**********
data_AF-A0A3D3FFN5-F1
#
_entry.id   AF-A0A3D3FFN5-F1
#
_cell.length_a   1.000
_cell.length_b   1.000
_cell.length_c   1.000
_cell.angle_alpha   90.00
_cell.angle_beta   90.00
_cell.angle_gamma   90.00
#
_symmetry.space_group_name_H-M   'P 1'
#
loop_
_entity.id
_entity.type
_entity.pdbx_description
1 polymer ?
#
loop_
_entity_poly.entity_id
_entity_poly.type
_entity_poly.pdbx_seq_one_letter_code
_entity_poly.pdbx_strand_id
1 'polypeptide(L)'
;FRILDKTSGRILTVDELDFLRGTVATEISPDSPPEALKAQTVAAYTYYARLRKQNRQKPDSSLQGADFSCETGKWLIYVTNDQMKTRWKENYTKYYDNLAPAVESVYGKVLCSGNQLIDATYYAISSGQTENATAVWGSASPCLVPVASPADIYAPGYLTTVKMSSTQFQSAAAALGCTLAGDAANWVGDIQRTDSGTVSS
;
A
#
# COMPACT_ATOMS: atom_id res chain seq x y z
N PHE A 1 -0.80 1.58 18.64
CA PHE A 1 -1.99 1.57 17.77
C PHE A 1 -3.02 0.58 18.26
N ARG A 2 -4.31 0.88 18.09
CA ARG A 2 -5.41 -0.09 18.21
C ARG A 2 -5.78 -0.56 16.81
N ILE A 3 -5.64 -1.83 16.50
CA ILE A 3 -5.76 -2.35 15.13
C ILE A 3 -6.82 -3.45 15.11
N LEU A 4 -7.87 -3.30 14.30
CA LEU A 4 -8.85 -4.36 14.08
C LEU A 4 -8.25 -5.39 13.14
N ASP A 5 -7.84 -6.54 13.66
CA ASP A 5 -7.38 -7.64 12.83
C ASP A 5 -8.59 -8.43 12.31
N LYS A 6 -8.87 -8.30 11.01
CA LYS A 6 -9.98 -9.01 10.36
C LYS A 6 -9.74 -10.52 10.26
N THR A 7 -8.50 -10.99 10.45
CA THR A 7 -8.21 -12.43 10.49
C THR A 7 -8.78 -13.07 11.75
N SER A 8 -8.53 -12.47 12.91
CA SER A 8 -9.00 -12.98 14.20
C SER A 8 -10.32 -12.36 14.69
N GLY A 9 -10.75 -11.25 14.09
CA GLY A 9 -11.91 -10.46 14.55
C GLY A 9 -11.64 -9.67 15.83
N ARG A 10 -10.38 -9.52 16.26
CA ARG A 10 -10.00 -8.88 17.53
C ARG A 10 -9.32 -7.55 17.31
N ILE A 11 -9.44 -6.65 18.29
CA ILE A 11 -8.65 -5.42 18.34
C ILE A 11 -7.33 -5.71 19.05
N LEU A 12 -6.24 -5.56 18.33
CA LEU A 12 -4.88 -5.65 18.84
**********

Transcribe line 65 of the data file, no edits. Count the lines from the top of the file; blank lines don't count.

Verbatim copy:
CA LEU A 12 -4.88 -5.65 18.84